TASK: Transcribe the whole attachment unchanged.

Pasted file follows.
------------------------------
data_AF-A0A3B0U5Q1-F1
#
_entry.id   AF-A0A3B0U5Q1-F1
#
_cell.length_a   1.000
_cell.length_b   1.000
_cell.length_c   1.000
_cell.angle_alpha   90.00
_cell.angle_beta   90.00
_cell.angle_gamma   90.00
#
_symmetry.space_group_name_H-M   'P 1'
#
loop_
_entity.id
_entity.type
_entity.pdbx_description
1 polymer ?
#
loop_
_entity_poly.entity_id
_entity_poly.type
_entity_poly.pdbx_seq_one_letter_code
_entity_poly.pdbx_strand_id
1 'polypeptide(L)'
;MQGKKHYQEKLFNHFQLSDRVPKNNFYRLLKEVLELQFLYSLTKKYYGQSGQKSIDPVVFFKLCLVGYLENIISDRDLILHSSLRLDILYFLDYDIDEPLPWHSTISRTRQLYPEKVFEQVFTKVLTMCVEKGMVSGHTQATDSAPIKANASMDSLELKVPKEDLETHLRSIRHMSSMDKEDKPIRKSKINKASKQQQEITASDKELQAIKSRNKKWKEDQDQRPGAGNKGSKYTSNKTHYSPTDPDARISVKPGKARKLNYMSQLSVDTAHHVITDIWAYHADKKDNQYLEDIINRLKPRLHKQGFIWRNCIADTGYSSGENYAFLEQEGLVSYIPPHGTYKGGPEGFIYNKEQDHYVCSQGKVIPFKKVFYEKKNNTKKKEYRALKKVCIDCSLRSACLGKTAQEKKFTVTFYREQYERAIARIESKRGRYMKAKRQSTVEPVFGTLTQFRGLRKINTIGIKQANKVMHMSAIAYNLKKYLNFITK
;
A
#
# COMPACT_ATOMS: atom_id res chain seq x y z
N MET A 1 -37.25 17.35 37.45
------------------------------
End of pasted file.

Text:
data_AF-A0A3B0U5Q1-F1
#
_entry.id   AF-A0A3B0U5Q1-F1
#
_cell.length_a   1.000
_cell.length_b   1.000
_cell.length_c   1.000
_cell.angle_alpha   90.00
_cell.angle_beta   90.00
_cell.angle_gamma   90.00
#
_symmetry.space_group_name_H-M   'P 1'
#
loop_
_entity.id
_entity.type
_entity.pdbx_description
1 polymer ?
#
loop_
_entity_poly.entity_id
_entity_poly.type
_entity_poly.pdbx_seq_one_letter_code
_entity_poly.pdbx_strand_id
1 'polypeptide(L)'
;MQGKKHYQEKLFNHFQLSDRVPKNNFYRLLKEVLELQFLYSLTKKYYGQSGQKSIDPVVFFKLCLVGYLENIISDRDLILHSSLRLDILYFLDYDIDEPLPWHSTISRTRQLYPEKVFEQVFTKVLTMCVEKGMVSGHTQATDSAPIKANASMDSLELKVPKEDLETHLRSIRHMSSMDKEDKPIRKSKINKASKQQQEITASDKELQAIKSRNKKWKEDQDQRPGAGNKGSKYTSNKTHYSPTDPDARISVKPGKARKLNYMSQLSVDTAHHVITDIWAYHADKKDNQYLEDIINRLKPRLHKQGFIWRNCIADTGYSSGENYAFLEQEGLVSYIPPHGTYKGGPEGFIYNKEQDHYVCSQGKVIPFKKVFYEKKNNTKKKEYRALKKVCIDCSLRSACLGKTAQEKKFTVTFYREQYERAIARIESKRGRYMKAKRQSTVEPVFGTLTQFRGLRKINTIGIKQANKVMHMSAIAYNLKKYLNFITK
;
A
#
# COMPACT_ATOMS: atom_id res chain seq x y z
N MET A 1 -37.25 17.35 37.45